What Is It?
Fuzzy Logic is based on a system of non-digital (continuous) inputs and rules. It is an approach
to computing based on "degrees of truth" rather than the usual "true or false" (1
or 0) Boolean
logic on which the modern computer is based.
Fuzzy Logic includes 0 and 1 as extreme cases of truth (or "the state of matters" or "fact")
also includes the various states of truth in between so that, for example, the result of a
comparison between two things could be not "tall" or "short" but ".38 of tallness."
What Does It Do?
Fuzzy Logic uses mechanical movement to represent continuous inputs that perform Boolean and
mechanical operations. (Examples: cruise control, heat control, motion control, volume control)
How Does It Work?
Fuzzy Logic incorporates a simple, rule-based IF X AND Y THEN Z approach to solving a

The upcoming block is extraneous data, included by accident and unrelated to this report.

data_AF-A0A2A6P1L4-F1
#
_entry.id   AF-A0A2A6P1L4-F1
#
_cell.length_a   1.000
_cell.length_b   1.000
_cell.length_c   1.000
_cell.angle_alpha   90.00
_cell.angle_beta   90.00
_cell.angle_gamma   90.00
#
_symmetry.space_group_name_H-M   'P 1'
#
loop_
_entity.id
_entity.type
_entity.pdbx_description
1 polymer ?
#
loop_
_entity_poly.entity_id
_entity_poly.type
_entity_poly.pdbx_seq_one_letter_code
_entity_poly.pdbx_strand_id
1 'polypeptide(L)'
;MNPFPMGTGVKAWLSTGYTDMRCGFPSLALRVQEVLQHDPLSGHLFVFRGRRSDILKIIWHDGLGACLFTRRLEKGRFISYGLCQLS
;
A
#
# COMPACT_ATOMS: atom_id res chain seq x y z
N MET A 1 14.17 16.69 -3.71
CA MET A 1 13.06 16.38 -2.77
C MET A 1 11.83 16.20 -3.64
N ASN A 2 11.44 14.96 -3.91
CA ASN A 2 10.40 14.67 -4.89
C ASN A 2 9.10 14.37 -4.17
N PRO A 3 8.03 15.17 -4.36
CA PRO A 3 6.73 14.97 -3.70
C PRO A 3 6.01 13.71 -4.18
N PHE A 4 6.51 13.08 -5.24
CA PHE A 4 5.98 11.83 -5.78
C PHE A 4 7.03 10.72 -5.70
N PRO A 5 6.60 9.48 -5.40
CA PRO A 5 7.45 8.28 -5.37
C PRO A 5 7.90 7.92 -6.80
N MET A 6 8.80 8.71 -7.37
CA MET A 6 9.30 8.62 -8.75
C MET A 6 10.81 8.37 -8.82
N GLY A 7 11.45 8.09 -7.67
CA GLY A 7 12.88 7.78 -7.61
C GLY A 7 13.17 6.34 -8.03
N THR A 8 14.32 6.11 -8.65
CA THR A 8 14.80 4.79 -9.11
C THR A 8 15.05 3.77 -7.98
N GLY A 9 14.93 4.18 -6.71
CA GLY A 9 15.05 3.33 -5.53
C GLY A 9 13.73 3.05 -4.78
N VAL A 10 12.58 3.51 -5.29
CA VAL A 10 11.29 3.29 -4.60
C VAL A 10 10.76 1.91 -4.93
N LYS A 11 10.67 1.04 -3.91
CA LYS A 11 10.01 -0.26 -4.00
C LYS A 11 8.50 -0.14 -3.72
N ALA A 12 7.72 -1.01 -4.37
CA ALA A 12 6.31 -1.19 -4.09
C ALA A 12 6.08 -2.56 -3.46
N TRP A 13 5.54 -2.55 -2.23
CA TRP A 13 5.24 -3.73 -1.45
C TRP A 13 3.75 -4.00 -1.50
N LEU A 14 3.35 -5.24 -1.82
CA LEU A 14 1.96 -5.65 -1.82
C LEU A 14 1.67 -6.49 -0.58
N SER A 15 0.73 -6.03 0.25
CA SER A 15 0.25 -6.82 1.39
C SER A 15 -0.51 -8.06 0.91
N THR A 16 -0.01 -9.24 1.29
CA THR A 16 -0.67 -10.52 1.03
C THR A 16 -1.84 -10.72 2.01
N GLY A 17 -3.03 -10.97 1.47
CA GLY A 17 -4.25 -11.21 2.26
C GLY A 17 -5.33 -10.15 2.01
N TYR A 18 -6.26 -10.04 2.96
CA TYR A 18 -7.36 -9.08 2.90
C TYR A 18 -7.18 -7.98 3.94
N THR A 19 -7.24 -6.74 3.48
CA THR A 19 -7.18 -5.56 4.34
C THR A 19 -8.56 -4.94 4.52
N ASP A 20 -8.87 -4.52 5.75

control problem rather than attempting to model a system mathematically. It is empirically-based,
relying on an operator's experience rather than their technical understanding of the system.
Example: Auto motive Speed Controller
3 inputs :
speed (5 levels)
acceleration (3 levels)
distance to destination (3 levels)
power (fuel flow to engine)
IF speed is TOO SLOW and acceleration is DECELERATING,
THEN INCREASE POWER GREATLY
IF speed is SLOW and acceleration is DECREASING,
THEN INCREASE POWER SLIGHTLY
IF distance is CLOSE,
THEN DECREASE POWER SLIGHTLY
Fuzzy Logic requires some numerical values in order to operate such as what is considered
SLOW and TOO SLOW, but exact values of these numbers are usually not critical unless very
responsive performance is required in which case empirical tuning would determine them. These
values don't have to be symmetrical and can be "tweaked" once the system is operating in order
to optimize performance. Generally, Fuzzy Logic is so forgiving that the system will probably
work the first time without any tweaking.